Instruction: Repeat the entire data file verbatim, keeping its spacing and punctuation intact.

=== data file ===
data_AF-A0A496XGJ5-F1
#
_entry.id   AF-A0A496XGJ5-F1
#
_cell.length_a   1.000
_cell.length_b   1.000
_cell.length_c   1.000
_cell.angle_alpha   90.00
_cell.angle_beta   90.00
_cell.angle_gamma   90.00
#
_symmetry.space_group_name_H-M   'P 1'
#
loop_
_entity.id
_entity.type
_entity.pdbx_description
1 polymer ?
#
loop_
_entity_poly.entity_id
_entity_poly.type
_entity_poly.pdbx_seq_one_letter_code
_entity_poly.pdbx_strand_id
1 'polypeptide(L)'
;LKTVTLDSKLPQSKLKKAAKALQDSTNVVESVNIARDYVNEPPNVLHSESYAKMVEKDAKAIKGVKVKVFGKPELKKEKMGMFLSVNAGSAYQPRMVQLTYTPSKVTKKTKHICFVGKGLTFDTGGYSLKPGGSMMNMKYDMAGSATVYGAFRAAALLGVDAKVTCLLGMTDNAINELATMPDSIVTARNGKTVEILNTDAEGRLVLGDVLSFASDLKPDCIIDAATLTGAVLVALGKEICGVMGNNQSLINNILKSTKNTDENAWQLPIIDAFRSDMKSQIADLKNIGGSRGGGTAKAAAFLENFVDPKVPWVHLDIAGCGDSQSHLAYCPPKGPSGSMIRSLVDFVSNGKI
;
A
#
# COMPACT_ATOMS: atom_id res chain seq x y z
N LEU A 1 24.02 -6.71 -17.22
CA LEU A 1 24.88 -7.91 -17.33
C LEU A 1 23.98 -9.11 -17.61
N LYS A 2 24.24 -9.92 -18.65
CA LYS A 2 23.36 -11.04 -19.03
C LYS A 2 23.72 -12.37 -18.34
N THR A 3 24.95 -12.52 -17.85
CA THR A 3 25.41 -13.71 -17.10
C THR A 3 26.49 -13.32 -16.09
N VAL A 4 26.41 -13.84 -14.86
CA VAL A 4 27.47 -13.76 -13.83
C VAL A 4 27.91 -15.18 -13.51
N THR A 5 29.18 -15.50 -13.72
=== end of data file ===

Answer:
data_AF-A0A496XGJ5-F1
#
_entry.id   AF-A0A496XGJ5-F1
#
_cell.length_a   1.000
_cell.length_b   1.000
_cell.length_c   1.000
_cell.angle_alpha   90.00
_cell.angle_beta   90.00
_cell.angle_gamma   90.00
#
_symmetry.space_group_name_H-M   'P 1'
#
loop_
_entity.id
_entity.type
_entity.pdbx_description
1 polymer ?
#
loop_
_entity_poly.entity_id
_entity_poly.type
_entity_poly.pdbx_seq_one_letter_code
_entity_poly.pdbx_strand_id
1 'polypeptide(L)'
;LKTVTLDSKLPQSKLKKAAKALQDSTNVVESVNIARDYVNEPPNVLHSESYAKMVEKDAKAIKGVKVKVFGKPELKKEKMGMFLSVNAGSAYQPRMVQLTYTPSKVTKKTKHICFVGKGLTFDTGGYSLKPGGSMMNMKYDMAGSATVYGAFRAAALLGVDAKVTCLLGMTDNAINELATMPDSIVTARNGKTVEILNTDAEGRLVLGDVLSFASDLKPDCIIDAATLTGAVLVALGKEICGVMGNNQSLINNILKSTKNTDENAWQLPIIDAFRSDMKSQIADLKNIGGSRGGGTAKAAAFLENFVDPKVPWVHLDIAGCGDSQSHLAYCPPKGPSGSMIRSLVDFVSNGKI
;
A
#
# COMPACT_ATOMS: atom_id res chain seq x y z
N LEU A 1 24.02 -6.71 -17.22
CA LEU A 1 24.88 -7.91 -17.33
C LEU A 1 23.98 -9.11 -17.61
N LYS A 2 24.24 -9.92 -18.65
CA LYS A 2 23.36 -11.04 -19.03
C LYS A 2 23.72 -12.37 -18.34
N THR A 3 24.95 -12.52 -17.85
CA THR A 3 25.41 -13.71 -17.10
C THR A 3 26.49 -13.32 -16.09
N VAL A 4 26.41 -13.84 -14.86
CA VAL A 4 27.47 -13.76 -13.83
C VAL A 4 27.91 -15.18 -13.51
N THR A 5 29.18 -15.50 -13.72